Meanwhile, on the antepartum ward, another resident is called urgently to evaluate a patient. She has had a cerclage, meaning her cervix has been tied shut in order to help her avoid premature delivery. It is much akin to the string tied at the base of a balloon. It appears that the cerclage has come out, as the nurse reports finding a long black string with a knot in it. The resident comes right away, and the nurse presents him with a paper towel spread between her hands. On the paper towel is a lone long black pubic hair, with a knot tied in it. He explains to the patient, Ma'am, the cerclage is fine. And no, I don't know how that hair had a knot in it.
Over on labor and delivery, I am working with the most anxious patient in the world to push. I'm trying to distract her, to calm her, so we are talking about her horses at home, and shooting animals in the wild, and her latest hunting trip. (Let me say here that I do not have much to add to this conversation, as I am a liberal almost-vegetarian.) Nevertheless, I act interested as she says she'll just die if this baby is a city boy instead of a country boy. She pushes a little more, and I tell her I can see the top of the baby's head, and he has some hair! She asks me if by looking at the top of the baby's head, if I can tell if he is a Republican?
The next delivery I have is normal, and uneventful, and to very nice parents. I hold the baby up and announce the arrival of their baby boy! Both parents start crying; the dad in joy, the mother in horror. What? I glance at their pink carseat, the baby's name written on the board. Oh. Yeah...this wasn't the Liliana they were expecting. The dad is ecastatic, and has already named the baby Jr. whatever his own name was. The mom asks me if I'm sure I got the right baby? I am sympathetic, even though this question is obviously answered as the baby is still attached to her via the umbilical cord. It's not often in this day and age that parents don't know what they are having, and even fewer times that it is not what they expected. On the postpartum visit the next day, she asked me if she could go home. Was she feeling okay? "Yes, and I need to get to BabiesRUs. I have a lot of exchanging to do."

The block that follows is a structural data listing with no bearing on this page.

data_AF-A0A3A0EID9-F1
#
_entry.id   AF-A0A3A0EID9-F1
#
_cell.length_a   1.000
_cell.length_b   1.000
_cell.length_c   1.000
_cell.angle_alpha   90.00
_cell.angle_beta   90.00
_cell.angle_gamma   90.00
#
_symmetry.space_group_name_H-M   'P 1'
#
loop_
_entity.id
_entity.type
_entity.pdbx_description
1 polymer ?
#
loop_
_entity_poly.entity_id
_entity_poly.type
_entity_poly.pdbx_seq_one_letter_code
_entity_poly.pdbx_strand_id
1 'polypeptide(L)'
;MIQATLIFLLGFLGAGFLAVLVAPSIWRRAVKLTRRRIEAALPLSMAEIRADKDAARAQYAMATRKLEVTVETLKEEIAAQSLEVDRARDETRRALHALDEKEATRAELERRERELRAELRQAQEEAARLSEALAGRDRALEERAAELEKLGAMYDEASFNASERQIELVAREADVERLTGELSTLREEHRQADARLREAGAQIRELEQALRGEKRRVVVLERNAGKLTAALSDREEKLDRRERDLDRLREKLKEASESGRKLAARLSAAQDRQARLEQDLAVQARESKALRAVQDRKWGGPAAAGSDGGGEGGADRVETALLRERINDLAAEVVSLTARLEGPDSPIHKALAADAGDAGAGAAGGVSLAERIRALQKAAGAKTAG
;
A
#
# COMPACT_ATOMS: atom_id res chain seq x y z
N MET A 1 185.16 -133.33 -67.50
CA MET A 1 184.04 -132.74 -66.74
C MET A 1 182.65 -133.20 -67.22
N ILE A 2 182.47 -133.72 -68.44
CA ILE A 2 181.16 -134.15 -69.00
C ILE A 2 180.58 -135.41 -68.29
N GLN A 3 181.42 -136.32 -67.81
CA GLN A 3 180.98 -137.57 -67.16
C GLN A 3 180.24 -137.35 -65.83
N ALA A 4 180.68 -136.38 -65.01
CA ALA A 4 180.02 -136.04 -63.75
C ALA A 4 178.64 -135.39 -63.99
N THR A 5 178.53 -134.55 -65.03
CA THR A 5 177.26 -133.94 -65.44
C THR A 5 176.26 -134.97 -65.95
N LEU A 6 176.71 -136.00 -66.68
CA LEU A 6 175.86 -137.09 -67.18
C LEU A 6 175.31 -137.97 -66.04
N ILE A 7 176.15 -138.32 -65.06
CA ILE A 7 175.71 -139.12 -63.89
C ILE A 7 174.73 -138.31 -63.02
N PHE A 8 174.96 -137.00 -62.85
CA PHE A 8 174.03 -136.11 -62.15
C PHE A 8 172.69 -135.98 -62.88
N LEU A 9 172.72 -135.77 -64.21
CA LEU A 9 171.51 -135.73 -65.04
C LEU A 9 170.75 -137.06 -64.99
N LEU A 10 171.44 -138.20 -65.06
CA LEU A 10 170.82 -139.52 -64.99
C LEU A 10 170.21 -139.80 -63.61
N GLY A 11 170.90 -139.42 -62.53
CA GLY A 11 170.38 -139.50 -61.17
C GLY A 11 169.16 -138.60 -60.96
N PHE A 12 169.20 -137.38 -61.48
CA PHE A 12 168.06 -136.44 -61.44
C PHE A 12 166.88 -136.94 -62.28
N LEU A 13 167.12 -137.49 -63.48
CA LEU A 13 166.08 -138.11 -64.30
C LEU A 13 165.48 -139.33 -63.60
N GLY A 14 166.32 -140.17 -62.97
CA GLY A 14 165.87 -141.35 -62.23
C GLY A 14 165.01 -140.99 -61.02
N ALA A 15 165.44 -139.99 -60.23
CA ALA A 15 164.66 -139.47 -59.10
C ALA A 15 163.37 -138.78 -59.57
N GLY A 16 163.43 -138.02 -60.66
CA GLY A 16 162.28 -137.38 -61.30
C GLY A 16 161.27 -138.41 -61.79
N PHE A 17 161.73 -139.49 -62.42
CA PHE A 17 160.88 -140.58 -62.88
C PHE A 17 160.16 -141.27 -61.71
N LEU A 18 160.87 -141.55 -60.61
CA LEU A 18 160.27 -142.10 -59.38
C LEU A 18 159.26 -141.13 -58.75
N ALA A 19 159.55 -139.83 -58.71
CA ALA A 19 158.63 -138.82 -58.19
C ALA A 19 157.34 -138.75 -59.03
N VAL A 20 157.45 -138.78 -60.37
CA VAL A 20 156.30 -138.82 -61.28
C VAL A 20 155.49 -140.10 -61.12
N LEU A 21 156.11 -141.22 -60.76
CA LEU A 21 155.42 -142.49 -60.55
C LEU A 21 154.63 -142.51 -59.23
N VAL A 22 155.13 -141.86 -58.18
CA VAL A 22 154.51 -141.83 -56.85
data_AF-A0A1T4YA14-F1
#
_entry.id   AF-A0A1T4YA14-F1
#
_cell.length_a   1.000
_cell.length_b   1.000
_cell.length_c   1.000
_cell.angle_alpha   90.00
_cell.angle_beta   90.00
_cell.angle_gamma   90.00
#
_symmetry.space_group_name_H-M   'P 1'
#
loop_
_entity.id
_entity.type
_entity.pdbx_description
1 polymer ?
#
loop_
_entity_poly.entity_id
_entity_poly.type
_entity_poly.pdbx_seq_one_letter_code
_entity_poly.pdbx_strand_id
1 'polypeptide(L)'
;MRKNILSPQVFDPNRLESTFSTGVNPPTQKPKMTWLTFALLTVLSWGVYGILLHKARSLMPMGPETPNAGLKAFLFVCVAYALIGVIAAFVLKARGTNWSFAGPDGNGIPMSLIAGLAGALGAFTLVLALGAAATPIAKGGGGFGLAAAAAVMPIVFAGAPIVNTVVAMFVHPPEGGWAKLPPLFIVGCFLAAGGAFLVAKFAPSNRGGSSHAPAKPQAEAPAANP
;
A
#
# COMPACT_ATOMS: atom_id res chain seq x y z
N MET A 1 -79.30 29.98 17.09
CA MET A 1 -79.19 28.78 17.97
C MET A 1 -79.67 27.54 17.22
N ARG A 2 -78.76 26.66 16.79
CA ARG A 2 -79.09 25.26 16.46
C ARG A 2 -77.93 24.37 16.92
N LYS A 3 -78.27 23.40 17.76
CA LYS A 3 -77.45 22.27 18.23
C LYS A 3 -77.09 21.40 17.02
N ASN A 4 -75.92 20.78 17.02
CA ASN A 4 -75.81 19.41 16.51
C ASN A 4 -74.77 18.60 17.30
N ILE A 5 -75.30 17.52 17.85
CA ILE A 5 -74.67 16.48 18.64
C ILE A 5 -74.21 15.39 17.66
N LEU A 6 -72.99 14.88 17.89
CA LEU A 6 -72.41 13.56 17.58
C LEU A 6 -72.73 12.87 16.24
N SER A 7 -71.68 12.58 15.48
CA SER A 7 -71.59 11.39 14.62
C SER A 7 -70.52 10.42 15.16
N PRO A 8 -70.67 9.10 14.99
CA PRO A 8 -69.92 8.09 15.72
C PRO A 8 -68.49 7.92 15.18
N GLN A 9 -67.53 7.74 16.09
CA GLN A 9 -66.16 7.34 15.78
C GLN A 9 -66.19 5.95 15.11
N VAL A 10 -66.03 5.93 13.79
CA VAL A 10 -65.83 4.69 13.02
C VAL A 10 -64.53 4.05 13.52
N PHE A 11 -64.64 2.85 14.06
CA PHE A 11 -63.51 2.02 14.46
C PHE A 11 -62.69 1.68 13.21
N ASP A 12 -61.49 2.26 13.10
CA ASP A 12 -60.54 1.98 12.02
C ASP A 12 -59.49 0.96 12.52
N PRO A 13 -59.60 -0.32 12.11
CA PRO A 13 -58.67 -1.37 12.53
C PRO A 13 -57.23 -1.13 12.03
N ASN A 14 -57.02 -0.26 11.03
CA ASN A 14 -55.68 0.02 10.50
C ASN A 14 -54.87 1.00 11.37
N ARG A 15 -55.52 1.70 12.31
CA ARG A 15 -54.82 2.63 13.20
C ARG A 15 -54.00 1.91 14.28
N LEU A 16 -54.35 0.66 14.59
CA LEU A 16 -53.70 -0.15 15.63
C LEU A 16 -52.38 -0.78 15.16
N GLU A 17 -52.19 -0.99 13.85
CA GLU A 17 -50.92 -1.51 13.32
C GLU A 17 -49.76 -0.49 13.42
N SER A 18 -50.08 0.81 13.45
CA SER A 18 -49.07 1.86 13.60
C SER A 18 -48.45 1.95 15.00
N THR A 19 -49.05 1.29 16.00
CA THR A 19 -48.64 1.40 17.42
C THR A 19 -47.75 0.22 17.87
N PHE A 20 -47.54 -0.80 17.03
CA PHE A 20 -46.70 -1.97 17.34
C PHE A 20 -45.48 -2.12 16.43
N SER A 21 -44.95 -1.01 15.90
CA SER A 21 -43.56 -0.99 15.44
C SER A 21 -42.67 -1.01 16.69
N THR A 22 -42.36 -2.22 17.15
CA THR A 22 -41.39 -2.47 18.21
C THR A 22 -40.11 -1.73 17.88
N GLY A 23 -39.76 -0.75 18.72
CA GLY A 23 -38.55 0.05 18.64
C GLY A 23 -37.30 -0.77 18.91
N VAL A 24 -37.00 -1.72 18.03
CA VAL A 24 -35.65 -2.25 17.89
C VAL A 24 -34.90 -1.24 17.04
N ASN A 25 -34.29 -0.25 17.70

Sep 15, 2011
I've recently had a little more time for reflections on my life, my chosen path. I'm working nights, and when it's not too busy, I'm able to lay down in between patients. I don't sleep because I am always waiting for my pager to jolt me out of bed, but I can enjoy the quiet. It's getting cool again, and I'm able to run outside, putting one foot in front of the other as my mind untwists whatever is subconsciously present, much like a dream. In these moments of quiet, I wonder about what my life would have been like, had I not gone to medical school. I don't doubt that becoming a doctor was a good choice for me, but was it the only one that was right for me, like I had thought at the time?
Let me be clear. I don't regret becoming a doctor. But, I think about what my life might have been like, as someone else. Or at least as myself, having made different choices. I could be a yoga instructor. I would have been good at that. I could be a professor, with a doctorate in clinical nutrition- my other professional love- or maybe a dietitian, like some of my friends from college had become. I could join my friends on their travel, because I would have time and money too, without worries of massive school debt or a constrictive schedule where I celebrate two days off in a row. I could be a wife and mother, a homemaker, like so many of the women at my gym and who come to see my at the hospital.